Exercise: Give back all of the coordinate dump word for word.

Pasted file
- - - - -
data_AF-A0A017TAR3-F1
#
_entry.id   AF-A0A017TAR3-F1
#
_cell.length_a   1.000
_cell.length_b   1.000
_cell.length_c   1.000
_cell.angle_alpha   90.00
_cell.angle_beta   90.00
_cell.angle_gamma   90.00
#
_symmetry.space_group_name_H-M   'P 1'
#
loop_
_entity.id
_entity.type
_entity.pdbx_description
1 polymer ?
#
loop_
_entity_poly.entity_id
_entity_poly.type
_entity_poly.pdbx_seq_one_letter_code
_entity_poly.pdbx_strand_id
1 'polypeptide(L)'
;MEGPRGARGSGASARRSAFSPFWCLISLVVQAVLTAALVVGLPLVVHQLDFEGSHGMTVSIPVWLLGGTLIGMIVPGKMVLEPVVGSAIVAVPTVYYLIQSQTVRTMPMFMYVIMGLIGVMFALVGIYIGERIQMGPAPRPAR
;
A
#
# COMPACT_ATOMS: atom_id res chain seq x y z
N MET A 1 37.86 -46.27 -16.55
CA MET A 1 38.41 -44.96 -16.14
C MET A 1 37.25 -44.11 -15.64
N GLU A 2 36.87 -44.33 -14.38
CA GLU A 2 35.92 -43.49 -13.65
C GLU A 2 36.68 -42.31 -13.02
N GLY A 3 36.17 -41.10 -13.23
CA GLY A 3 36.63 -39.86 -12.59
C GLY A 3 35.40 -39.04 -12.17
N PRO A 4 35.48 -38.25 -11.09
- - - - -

data_AF-A0A017TAR3-F1
#
_entry.id   AF-A0A017TAR3-F1
#
_cell.length_a   1.000
_cell.length_b   1.000
_cell.length_c   1.000
_cell.angle_alpha   90.00
_cell.angle_beta   90.00
_cell.angle_gamma   90.00
#
_symmetry.space_group_name_H-M   'P 1'
#
loop_
_entity.id
_entity.type
_entity.pdbx_description
1 polymer ?
#
loop_
_entity_poly.entity_id
_entity_poly.type
_entity_poly.pdbx_seq_one_letter_code
_entity_poly.pdbx_strand_id
1 'polypeptide(L)'
;MEGPRGARGSGASARRSAFSPFWCLISLVVQAVLTAALVVGLPLVVHQLDFEGSHGMTVSIPVWLLGGTLIGMIVPGKMVLEPVVGSAIVAVPTVYYLIQSQTVRTMPMFMYVIMGLIGVMFALVGIYIGERIQMGPAPRPAR
;
A
#
# COMPACT_ATOMS: atom_id res chain seq x y z
N MET A 1 37.86 -46.27 -16.55
CA MET A 1 38.41 -44.96 -16.14
C MET A 1 37.25 -44.11 -15.64
N GLU A 2 36.87 -44.33 -14.38
CA GLU A 2 35.92 -43.49 -13.65
C GLU A 2 36.68 -42.31 -13.02
N GLY A 3 36.17 -41.10 -13.23
CA GLY A 3 36.63 -39.86 -12.59
C GLY A 3 35.40 -39.04 -12.17
N PRO A 4 35.48 -38.25 -11.09